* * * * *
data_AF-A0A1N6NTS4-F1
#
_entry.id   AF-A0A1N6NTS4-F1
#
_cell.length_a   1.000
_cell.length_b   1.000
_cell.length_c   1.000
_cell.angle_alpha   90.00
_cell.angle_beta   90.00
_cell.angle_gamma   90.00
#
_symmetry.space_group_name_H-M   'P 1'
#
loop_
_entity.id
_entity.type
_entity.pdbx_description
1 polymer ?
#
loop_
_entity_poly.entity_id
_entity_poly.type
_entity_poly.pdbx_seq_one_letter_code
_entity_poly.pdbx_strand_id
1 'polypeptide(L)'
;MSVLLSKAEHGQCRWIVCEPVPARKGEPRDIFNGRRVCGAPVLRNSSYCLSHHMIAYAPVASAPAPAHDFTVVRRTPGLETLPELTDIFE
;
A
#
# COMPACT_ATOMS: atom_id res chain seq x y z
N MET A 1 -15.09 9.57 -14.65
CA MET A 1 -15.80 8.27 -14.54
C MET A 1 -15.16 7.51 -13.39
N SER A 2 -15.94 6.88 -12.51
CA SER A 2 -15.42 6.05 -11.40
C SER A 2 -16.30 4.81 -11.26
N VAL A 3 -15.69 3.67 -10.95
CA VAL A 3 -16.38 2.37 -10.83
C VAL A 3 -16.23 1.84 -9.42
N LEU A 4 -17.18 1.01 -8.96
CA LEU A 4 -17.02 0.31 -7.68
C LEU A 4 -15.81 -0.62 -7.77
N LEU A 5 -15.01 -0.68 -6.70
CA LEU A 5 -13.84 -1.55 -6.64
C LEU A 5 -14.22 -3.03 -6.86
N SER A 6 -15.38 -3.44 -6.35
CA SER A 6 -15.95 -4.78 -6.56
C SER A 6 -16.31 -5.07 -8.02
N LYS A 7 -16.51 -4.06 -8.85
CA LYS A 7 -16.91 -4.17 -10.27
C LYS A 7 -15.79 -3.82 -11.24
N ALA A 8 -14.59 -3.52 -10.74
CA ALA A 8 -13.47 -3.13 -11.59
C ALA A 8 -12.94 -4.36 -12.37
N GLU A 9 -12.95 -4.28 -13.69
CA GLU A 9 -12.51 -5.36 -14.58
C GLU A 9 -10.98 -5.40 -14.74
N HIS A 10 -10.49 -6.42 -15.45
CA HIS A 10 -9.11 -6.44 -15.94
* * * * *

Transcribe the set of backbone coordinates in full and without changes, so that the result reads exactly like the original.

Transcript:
data_AF-A0A1N6NTS4-F1
#
_entry.id   AF-A0A1N6NTS4-F1
#
_cell.length_a   1.000
_cell.length_b   1.000
_cell.length_c   1.000
_cell.angle_alpha   90.00
_cell.angle_beta   90.00
_cell.angle_gamma   90.00
#
_symmetry.space_group_name_H-M   'P 1'
#
loop_
_entity.id
_entity.type
_entity.pdbx_description
1 polymer ?
#
loop_
_entity_poly.entity_id
_entity_poly.type
_entity_poly.pdbx_seq_one_letter_code
_entity_poly.pdbx_strand_id
1 'polypeptide(L)'
;MSVLLSKAEHGQCRWIVCEPVPARKGEPRDIFNGRRVCGAPVLRNSSYCLSHHMIAYAPVASAPAPAHDFTVVRRTPGLETLPELTDIFE
;
A
#
# COMPACT_ATOMS: atom_id res chain seq x y z
N MET A 1 -15.09 9.57 -14.65
CA MET A 1 -15.80 8.27 -14.54
C MET A 1 -15.16 7.51 -13.39
N SER A 2 -15.94 6.88 -12.51
CA SER A 2 -15.42 6.05 -11.40
C SER A 2 -16.30 4.81 -11.26
N VAL A 3 -15.69 3.67 -10.95
CA VAL A 3 -16.38 2.37 -10.83
C VAL A 3 -16.23 1.84 -9.42
N LEU A 4 -17.18 1.01 -8.96
CA LEU A 4 -17.02 0.31 -7.68
C LEU A 4 -15.81 -0.62 -7.77
N LEU A 5 -15.01 -0.68 -6.70
CA LEU A 5 -13.84 -1.55 -6.64
C LEU A 5 -14.22 -3.03 -6.86
N SER A 6 -15.38 -3.44 -6.35
CA SER A 6 -15.95 -4.78 -6.56
C SER A 6 -16.31 -5.07 -8.02
N LYS A 7 -16.51 -4.06 -8.85
CA LYS A 7 -16.91 -4.17 -10.27
C LYS A 7 -15.79 -3.82 -11.24
N ALA A 8 -14.59 -3.52 -10.74
CA ALA A 8 -13.47 -3.13 -11.59
C ALA A 8 -12.94 -4.36 -12.37
N GLU A 9 -12.95 -4.28 -13.69
CA GLU A 9 -12.51 -5.36 -14.58
C GLU A 9 -10.98 -5.40 -14.74
N HIS A 10 -10.49 -6.42 -15.45
CA HIS A 10 -9.11 -6.44 -15.94